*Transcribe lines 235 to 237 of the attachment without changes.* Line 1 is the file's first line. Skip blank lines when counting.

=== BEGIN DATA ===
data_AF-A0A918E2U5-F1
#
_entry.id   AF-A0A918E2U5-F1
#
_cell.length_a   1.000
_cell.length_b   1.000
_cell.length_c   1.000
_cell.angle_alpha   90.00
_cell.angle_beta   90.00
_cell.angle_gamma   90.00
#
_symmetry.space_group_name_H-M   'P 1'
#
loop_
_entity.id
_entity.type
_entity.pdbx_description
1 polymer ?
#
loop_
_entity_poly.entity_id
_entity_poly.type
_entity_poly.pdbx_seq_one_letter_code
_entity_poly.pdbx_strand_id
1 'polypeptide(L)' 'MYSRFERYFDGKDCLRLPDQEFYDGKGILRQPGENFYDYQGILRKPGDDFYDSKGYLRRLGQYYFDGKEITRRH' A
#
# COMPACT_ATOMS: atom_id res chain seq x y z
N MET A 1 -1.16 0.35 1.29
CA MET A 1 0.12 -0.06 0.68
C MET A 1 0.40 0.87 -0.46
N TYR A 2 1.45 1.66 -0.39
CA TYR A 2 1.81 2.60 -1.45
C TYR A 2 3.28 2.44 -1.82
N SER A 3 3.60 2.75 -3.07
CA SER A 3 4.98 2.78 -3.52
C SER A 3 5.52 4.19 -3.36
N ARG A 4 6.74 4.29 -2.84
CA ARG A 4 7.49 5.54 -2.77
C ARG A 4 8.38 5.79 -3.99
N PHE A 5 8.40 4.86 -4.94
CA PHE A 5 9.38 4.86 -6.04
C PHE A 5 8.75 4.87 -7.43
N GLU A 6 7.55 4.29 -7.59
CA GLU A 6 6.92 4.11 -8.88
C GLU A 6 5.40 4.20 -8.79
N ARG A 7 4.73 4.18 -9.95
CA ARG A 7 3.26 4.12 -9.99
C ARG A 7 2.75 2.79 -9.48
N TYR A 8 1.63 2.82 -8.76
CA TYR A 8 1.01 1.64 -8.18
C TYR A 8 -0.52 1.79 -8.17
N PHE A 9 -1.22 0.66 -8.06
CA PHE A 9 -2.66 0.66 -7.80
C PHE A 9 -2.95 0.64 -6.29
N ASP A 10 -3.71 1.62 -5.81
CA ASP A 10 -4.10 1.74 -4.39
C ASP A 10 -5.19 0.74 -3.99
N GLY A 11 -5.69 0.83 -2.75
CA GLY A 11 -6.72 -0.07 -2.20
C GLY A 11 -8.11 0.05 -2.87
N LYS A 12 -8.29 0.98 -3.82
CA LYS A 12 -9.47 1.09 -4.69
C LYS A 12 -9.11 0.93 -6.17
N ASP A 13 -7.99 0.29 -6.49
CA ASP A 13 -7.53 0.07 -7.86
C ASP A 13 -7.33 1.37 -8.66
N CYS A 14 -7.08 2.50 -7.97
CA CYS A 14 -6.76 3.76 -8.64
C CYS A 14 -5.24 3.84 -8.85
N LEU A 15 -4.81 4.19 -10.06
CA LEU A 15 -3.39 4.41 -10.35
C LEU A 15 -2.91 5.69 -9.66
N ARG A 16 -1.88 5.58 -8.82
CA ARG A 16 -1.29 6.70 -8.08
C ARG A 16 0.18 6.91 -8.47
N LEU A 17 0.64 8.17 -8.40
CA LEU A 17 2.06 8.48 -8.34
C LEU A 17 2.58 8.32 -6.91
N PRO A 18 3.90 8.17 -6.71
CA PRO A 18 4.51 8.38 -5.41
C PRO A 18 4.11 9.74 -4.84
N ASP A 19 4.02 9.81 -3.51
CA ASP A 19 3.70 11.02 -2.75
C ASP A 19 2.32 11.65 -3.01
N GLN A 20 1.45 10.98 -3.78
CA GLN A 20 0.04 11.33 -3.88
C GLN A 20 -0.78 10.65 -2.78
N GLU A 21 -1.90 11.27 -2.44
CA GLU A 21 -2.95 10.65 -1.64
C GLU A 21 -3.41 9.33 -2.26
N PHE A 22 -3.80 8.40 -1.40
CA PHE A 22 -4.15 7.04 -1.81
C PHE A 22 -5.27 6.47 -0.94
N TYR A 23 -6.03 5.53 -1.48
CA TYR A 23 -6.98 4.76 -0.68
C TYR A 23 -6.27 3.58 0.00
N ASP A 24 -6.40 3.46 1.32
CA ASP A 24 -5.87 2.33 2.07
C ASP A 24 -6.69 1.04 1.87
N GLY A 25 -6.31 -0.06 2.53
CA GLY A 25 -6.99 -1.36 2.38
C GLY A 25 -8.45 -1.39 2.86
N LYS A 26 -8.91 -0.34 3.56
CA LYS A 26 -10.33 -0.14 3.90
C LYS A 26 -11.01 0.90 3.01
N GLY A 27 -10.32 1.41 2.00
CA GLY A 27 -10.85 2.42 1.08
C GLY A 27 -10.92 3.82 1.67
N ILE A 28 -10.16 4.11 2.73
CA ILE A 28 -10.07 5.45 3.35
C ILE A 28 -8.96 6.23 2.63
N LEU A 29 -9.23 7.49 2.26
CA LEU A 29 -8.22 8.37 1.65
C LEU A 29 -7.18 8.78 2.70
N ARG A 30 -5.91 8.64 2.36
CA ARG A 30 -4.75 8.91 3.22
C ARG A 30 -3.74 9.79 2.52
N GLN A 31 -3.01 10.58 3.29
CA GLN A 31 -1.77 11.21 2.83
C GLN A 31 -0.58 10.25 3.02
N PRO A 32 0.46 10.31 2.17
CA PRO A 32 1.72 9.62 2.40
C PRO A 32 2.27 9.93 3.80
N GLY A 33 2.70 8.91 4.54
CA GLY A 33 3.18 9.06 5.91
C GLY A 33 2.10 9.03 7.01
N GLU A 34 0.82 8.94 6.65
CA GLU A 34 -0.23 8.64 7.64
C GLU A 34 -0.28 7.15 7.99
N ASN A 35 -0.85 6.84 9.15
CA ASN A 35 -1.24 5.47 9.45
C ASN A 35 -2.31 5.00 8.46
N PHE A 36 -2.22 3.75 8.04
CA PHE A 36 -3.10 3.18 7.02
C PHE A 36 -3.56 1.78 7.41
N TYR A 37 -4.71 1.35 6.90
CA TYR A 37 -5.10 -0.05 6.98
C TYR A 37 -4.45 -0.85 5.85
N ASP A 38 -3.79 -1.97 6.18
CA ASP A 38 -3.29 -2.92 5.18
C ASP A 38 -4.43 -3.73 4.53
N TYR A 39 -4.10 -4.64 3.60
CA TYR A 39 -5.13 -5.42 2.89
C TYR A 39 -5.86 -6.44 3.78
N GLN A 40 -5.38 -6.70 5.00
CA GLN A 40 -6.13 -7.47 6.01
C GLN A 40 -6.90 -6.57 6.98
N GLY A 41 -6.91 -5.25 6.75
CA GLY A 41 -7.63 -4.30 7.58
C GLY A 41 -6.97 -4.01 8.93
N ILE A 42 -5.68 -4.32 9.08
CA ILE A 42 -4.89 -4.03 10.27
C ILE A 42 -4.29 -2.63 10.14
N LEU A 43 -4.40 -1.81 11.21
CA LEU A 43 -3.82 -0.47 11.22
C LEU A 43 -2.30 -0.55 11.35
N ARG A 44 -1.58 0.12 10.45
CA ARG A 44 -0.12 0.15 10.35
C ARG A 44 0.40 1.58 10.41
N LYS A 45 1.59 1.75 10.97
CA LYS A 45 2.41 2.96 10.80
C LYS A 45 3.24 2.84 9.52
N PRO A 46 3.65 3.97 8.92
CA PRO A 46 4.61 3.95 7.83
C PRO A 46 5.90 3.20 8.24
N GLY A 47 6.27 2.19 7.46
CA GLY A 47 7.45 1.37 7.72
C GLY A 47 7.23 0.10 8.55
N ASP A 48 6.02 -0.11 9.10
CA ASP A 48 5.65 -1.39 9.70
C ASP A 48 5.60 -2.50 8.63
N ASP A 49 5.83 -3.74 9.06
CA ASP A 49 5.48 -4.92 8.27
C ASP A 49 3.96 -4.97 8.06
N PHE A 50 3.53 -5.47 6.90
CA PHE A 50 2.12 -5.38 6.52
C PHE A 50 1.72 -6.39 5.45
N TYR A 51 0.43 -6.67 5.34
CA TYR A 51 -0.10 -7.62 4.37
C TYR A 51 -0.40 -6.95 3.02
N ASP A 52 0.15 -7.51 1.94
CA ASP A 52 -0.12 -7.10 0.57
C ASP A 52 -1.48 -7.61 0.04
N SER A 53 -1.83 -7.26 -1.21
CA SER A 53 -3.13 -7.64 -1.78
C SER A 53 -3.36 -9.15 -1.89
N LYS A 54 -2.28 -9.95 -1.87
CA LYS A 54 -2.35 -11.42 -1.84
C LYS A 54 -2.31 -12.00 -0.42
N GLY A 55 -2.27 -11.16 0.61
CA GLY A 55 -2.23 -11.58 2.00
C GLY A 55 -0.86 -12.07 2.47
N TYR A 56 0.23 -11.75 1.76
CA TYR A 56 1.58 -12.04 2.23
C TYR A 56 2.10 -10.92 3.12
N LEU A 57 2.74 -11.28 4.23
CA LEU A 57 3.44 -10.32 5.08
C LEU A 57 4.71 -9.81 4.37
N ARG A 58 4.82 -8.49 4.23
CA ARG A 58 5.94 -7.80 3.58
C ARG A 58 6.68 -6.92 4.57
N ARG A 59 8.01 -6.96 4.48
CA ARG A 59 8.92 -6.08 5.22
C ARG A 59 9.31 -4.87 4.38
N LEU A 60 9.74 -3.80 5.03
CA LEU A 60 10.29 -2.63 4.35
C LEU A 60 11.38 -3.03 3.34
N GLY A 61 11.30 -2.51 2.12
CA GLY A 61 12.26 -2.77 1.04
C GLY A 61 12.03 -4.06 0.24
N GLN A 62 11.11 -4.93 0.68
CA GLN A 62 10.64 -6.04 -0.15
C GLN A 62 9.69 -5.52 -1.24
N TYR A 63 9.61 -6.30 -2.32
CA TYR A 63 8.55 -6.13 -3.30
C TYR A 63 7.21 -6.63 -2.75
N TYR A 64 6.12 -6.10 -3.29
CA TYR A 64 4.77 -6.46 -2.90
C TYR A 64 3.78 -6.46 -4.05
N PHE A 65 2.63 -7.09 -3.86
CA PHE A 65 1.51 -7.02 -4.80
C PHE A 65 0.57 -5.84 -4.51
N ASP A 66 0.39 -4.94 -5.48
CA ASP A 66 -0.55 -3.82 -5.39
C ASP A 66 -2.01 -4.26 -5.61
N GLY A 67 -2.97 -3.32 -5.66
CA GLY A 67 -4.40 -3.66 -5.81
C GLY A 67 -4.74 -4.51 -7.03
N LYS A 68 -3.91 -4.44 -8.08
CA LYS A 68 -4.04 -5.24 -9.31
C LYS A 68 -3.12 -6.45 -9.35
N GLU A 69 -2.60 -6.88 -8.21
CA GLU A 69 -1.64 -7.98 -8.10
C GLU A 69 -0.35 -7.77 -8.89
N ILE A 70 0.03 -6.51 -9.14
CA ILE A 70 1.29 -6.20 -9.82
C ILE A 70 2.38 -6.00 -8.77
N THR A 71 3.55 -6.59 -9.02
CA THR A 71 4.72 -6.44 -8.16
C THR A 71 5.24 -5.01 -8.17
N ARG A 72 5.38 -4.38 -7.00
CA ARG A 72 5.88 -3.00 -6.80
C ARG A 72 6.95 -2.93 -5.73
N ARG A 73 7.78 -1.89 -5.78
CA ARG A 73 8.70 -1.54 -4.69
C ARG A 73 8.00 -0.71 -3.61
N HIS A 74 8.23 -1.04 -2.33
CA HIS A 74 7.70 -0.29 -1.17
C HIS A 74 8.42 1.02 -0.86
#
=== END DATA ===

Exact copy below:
N ILE A 70 0.03 -6.51 -9.14
CA ILE A 70 1.29 -6.20 -9.82
C ILE A 70 2.38 -6.00 -8.77